The dining room was starting to fill up now, a mixture of guests dining at table and those congregating at the bar looking for a drink. So too was the volume rising, with a dozen different languages and many more accents all fighting for attention. He heard the usual Anisoran accents – a boisterous and drawling voice from Pastana, a rolling Arrento intonation, even a harsh Vascanese accent. But it was the foreign accents that Dantorino enjoyed listening to most. It was one of the consolations of living in and out of hotels and lodging houses that one regularly talked to people from all walks of life from right across Gotha.

Perhaps the most exotic accent he had heard at the Prastevere was that belonging to a man from Tzeraka. He had been a fascinating man, with skin as black as night and a great many tales to tell. Signora Ambrano had not known what to do when he requested a room at the hotel. Being a typical snob, her instinct was to not allow him to stay at her hotel, but after reasoning that he was neither Izhaic nor Wolgos, she took his money and even took a shine to him. One evening, Dantorino had asked him how he found his way to Pena. Speaking good Anisoran, he explained that his father had been an Anisoran lord's close friend, having met one another while hiking in some Tzerakan mountain range after the War. After bringing his new comrade and his family to Pena, the Anisoran lord died and his heir had no interest in supporting his father's foreign friend. As a consequence, the Tzerakan man and his family were left penniless in a strange land with no means of getting back to Tzeraka.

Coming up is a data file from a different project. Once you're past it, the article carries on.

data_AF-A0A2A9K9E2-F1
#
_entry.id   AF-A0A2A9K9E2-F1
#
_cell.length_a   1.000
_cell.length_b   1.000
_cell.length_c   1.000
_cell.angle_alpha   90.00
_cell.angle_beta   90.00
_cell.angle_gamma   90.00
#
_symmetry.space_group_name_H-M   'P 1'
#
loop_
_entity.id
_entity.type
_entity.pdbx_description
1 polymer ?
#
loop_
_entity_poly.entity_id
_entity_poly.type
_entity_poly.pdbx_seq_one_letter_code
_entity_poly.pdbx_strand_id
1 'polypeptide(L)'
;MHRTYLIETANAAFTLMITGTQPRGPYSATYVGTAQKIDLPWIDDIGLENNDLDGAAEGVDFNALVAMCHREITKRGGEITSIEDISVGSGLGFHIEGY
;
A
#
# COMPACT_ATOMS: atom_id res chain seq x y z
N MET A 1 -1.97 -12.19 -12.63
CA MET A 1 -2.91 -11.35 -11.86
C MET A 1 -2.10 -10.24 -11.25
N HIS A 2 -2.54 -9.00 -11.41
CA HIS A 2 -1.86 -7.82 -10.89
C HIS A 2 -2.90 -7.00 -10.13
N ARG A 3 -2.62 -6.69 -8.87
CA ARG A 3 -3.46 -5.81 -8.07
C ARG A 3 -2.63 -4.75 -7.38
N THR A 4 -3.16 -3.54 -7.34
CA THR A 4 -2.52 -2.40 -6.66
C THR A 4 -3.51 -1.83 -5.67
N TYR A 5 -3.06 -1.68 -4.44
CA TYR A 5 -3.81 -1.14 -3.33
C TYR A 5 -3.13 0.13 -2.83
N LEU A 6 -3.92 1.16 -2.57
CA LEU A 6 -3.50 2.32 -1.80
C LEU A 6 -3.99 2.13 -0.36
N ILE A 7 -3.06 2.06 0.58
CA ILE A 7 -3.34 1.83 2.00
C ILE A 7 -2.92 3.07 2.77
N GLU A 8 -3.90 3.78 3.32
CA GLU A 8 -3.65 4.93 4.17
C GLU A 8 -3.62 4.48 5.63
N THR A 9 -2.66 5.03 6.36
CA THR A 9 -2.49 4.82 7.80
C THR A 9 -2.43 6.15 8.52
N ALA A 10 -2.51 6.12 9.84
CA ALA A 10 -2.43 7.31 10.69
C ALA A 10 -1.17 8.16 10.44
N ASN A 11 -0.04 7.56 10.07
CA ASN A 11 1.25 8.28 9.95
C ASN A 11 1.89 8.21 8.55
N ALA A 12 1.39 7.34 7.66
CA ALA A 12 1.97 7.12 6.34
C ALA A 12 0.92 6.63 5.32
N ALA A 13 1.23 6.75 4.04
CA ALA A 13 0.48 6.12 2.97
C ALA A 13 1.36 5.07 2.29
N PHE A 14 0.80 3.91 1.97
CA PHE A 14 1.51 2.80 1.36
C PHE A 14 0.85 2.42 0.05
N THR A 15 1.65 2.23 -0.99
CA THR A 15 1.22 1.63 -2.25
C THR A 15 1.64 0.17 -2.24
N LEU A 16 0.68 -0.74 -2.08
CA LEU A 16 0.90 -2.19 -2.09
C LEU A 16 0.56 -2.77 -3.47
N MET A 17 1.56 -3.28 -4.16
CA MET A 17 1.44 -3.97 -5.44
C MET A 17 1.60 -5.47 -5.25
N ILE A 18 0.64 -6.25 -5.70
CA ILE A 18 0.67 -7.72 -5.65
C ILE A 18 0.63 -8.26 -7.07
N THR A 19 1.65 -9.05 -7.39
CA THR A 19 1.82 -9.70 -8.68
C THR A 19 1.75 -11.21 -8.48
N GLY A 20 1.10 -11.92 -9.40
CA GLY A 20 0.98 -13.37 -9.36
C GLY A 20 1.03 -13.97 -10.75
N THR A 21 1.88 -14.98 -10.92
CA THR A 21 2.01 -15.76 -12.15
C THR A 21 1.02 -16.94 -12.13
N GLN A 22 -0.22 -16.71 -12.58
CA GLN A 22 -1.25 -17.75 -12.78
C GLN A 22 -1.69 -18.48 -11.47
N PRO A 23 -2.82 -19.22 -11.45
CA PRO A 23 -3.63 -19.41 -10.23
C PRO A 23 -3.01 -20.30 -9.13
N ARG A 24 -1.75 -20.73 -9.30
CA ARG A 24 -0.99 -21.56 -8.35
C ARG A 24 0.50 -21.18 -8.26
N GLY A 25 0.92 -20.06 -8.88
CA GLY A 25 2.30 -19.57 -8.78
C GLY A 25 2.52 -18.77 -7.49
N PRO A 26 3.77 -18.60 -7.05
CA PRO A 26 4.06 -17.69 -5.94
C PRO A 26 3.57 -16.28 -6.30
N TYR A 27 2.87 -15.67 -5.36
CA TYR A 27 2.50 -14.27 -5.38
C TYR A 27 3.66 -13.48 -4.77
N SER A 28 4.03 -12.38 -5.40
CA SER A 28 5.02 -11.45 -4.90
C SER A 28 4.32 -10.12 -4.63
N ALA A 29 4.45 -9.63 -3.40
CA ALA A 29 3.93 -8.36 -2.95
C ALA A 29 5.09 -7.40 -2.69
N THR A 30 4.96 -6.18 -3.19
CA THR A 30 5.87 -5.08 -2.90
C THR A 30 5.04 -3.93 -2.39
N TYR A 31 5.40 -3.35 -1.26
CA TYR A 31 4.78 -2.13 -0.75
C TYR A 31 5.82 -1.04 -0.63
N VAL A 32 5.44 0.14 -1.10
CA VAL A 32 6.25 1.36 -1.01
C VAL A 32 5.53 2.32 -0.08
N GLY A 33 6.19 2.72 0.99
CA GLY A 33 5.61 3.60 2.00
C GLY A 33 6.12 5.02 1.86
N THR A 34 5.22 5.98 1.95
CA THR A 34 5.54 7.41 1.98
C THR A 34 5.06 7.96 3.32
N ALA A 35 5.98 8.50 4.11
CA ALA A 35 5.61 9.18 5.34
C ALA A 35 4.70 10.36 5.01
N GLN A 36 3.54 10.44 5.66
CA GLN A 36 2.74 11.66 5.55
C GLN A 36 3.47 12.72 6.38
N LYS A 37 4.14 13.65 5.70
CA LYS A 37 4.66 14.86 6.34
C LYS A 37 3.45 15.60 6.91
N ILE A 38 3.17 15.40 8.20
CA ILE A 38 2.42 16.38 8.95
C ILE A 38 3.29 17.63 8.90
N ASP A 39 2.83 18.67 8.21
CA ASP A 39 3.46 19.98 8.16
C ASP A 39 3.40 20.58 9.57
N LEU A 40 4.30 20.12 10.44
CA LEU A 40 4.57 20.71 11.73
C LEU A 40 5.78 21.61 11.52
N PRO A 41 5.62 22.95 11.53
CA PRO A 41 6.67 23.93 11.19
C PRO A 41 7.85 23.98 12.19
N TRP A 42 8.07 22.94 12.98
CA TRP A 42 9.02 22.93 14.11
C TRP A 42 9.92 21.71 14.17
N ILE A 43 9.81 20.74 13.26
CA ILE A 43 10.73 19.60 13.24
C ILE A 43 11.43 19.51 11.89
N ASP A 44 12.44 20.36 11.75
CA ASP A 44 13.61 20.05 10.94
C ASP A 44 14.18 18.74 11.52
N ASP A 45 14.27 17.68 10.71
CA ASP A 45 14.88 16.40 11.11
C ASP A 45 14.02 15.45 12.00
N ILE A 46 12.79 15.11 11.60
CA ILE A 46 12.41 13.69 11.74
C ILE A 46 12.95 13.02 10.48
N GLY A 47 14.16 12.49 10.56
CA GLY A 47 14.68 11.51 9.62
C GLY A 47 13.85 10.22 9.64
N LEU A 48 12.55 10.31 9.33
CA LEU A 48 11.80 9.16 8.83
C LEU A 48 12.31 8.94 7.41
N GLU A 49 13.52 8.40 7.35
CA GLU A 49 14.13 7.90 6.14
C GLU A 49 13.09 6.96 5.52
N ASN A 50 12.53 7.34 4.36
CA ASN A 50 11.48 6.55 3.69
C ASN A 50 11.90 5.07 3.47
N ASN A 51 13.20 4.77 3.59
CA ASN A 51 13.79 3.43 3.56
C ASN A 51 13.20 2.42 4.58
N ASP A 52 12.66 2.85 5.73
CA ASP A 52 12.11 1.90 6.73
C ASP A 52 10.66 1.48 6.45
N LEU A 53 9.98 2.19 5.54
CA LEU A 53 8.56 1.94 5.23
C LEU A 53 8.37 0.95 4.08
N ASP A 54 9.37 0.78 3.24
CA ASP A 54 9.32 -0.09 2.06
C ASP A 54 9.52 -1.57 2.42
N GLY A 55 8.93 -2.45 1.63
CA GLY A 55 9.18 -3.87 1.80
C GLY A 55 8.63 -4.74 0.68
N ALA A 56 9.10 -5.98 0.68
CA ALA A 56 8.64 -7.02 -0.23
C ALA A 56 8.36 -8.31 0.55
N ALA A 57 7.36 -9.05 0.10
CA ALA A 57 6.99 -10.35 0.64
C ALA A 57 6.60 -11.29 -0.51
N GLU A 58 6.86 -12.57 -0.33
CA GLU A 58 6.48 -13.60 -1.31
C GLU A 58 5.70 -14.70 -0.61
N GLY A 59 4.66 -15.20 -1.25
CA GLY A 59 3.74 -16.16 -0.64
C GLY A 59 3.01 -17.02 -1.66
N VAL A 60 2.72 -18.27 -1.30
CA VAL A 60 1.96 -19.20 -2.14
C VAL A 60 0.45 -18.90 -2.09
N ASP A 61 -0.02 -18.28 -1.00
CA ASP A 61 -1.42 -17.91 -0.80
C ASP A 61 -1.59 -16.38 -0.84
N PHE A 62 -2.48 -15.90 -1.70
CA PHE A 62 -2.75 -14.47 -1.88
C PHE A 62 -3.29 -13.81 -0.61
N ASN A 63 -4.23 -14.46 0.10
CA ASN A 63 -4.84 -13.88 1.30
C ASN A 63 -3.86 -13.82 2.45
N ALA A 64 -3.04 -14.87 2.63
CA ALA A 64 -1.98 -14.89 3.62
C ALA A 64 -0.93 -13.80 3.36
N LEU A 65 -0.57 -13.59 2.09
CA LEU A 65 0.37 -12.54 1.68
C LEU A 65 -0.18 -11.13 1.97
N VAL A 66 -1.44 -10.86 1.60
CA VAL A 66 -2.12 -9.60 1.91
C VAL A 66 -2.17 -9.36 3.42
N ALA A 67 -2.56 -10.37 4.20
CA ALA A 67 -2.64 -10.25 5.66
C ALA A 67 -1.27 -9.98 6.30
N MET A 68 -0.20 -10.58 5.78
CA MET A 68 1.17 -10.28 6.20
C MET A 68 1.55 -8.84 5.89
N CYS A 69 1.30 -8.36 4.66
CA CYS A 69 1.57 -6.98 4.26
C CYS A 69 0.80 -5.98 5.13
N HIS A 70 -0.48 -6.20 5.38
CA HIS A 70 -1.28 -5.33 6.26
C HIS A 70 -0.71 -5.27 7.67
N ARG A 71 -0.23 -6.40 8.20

A group of people speaking loudly around a nearby table caught his attention. They were speaking in a mixture of Anisoran and Auresian but with thick Stoldavic accents Dantorino struggled to place. After a few seconds he tuned into their conversation and heard them talking about the current situation in Aedeland with such disgust in their voices that Dantorino concluded they must be Vittmarkers. They were arguing over Aedeland's occupation of a province of Vittmark – Dantorino hadn't even realised Aedeland had occupied a part of Vittmark. Somewhere called Hagen, apparently. International politics had never been Dantorino's strong suit.

Dantorino looked down at his plate and realised he had finished his dinner. He was still hungry, but the food had had a restorative effect after a long day of looking for work. And the wine was starting to work its magic too. He found himself not thinking about his enduring poverty, which put him in a good mood. He rose from the table, bottle of wine in hand, and headed to the bar. He decided he would pick the most interesting sounding accent he heard and befriend them – he was in the mood to broaden his horizons.